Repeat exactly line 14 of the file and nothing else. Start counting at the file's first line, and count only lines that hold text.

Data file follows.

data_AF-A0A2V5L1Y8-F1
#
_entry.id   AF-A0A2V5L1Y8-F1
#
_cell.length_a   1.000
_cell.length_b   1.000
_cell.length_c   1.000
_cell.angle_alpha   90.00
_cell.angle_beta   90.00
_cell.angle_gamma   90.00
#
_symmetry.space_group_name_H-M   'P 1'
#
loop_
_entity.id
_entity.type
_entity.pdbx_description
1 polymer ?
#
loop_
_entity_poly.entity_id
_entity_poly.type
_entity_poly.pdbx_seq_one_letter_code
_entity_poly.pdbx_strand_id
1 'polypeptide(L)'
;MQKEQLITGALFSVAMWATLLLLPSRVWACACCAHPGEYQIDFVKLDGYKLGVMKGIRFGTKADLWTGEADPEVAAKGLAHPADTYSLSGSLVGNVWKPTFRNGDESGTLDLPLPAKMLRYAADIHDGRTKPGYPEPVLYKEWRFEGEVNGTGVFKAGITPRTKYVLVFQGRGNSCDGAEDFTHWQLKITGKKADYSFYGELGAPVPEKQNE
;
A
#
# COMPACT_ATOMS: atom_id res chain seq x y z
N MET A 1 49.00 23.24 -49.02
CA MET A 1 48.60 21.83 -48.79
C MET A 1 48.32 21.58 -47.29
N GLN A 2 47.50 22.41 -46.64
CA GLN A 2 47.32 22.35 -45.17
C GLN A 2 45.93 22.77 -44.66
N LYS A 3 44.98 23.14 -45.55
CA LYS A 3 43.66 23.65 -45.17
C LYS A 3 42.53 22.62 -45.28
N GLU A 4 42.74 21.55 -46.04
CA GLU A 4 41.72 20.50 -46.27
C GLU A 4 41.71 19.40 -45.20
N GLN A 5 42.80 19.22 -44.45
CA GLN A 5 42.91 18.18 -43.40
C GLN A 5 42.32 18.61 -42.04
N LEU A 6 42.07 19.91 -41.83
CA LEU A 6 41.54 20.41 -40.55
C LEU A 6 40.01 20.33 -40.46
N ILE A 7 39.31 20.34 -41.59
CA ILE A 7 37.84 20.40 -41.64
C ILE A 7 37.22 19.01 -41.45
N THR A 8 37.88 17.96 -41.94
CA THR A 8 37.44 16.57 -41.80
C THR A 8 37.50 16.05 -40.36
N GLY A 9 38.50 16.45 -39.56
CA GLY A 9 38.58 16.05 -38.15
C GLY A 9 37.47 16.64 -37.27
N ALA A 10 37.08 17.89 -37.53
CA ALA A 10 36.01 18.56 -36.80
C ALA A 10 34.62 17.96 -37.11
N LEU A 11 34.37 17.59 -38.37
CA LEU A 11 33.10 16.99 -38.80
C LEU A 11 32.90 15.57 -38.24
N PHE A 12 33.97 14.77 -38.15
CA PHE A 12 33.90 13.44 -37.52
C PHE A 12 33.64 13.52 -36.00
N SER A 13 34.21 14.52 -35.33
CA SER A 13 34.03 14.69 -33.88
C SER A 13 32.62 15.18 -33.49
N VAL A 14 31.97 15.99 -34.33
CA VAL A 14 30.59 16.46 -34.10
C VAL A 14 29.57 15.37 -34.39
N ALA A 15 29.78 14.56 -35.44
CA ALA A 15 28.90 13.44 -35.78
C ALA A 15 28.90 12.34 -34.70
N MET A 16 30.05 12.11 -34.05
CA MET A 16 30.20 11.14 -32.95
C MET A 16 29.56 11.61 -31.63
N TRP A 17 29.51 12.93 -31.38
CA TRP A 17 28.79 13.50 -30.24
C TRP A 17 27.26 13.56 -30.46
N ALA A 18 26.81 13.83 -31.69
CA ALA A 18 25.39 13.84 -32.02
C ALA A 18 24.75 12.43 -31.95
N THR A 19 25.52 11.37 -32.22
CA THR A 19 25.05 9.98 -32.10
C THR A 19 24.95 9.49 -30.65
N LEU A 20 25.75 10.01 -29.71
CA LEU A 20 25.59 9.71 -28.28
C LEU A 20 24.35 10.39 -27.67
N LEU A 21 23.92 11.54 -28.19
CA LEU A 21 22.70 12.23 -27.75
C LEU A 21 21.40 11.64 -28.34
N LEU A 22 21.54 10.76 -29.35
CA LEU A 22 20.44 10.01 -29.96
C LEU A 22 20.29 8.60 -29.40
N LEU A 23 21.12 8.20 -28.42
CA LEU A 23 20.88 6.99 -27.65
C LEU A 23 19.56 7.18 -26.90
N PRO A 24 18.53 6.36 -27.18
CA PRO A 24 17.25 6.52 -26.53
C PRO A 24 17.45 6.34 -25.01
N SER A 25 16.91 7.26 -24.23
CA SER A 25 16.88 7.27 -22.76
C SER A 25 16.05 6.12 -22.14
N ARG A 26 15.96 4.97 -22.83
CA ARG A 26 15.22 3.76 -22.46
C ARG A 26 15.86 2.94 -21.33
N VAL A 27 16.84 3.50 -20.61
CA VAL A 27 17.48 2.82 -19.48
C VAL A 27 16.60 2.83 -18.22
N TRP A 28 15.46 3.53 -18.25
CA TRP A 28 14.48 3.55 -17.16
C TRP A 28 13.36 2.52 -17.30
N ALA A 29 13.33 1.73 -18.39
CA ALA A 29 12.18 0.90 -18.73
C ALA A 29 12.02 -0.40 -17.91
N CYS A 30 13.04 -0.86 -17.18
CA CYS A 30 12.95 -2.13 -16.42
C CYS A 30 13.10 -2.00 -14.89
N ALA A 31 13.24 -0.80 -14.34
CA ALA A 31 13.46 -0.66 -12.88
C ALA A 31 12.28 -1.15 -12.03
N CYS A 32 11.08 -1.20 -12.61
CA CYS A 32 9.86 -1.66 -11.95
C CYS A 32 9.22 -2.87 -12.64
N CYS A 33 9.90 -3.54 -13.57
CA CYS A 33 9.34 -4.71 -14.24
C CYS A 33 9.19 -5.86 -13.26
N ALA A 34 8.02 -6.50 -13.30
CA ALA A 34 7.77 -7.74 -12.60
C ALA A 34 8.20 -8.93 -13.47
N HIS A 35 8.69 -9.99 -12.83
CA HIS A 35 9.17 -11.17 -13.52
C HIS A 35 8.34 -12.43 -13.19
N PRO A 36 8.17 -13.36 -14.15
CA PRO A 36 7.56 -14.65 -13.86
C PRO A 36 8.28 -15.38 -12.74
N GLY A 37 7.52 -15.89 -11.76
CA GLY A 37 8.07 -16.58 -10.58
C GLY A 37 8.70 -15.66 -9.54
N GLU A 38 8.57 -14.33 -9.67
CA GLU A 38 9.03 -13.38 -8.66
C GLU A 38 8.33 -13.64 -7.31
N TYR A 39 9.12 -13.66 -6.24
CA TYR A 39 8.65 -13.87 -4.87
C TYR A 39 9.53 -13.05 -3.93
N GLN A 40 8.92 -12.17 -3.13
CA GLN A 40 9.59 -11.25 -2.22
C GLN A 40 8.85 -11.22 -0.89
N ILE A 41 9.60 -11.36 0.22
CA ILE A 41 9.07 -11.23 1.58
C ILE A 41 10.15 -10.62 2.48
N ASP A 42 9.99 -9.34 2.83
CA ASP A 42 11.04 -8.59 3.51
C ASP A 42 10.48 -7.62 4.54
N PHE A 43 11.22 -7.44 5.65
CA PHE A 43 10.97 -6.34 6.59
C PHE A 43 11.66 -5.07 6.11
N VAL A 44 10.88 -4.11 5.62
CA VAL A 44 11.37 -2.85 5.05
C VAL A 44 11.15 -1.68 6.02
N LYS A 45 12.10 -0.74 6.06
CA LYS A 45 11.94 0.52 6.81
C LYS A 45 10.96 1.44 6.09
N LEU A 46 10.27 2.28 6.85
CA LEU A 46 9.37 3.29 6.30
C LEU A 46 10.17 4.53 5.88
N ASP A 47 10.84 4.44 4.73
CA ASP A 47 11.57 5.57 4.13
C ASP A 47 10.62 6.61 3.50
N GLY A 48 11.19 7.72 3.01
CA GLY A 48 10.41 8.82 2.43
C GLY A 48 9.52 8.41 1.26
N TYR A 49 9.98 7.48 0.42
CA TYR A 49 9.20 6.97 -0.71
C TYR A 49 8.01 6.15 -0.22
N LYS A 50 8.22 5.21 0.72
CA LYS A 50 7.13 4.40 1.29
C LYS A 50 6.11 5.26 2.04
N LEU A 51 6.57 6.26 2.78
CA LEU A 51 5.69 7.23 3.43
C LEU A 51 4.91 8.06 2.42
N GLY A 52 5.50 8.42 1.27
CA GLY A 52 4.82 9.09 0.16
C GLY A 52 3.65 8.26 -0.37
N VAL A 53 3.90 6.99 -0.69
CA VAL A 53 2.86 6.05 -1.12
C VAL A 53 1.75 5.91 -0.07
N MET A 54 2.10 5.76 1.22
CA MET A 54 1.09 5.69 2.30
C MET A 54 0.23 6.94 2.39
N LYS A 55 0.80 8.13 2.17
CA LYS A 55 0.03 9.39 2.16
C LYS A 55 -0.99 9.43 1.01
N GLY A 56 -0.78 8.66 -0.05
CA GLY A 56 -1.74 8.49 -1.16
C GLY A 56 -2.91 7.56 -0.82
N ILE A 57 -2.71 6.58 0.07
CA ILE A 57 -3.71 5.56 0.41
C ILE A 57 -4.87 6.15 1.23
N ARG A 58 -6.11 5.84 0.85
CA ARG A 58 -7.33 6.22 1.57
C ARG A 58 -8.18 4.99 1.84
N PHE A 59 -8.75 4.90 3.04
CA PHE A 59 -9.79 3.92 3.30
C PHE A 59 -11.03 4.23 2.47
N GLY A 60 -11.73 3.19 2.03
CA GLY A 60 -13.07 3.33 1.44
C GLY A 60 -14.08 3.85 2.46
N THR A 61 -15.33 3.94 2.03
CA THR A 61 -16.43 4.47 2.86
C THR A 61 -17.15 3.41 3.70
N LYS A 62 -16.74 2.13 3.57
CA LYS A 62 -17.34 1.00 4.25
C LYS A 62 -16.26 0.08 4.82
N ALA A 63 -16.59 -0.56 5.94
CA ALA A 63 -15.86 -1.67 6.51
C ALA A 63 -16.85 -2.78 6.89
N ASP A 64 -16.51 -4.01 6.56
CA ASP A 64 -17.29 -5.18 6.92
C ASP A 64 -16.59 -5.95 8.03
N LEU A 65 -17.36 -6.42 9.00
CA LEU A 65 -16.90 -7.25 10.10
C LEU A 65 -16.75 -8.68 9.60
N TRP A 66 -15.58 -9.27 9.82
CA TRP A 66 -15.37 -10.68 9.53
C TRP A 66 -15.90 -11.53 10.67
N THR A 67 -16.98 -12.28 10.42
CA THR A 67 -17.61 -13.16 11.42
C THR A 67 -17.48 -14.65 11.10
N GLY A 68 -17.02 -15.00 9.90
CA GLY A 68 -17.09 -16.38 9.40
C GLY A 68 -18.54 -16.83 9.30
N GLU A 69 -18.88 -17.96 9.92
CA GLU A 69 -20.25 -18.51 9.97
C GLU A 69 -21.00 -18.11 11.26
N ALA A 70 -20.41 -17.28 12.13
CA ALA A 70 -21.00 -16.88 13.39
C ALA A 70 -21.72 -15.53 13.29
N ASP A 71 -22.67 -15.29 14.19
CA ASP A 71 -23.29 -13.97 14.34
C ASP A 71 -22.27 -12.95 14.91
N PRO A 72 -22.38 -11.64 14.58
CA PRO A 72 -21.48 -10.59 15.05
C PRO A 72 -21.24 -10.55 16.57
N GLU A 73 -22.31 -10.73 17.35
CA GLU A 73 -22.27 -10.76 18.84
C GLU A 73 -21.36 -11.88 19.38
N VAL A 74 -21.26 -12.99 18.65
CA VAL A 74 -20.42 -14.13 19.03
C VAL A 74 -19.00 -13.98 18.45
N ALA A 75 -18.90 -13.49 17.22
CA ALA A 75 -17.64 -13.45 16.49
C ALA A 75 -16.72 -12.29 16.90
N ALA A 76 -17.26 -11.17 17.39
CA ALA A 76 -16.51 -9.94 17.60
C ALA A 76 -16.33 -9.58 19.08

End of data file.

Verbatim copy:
loop_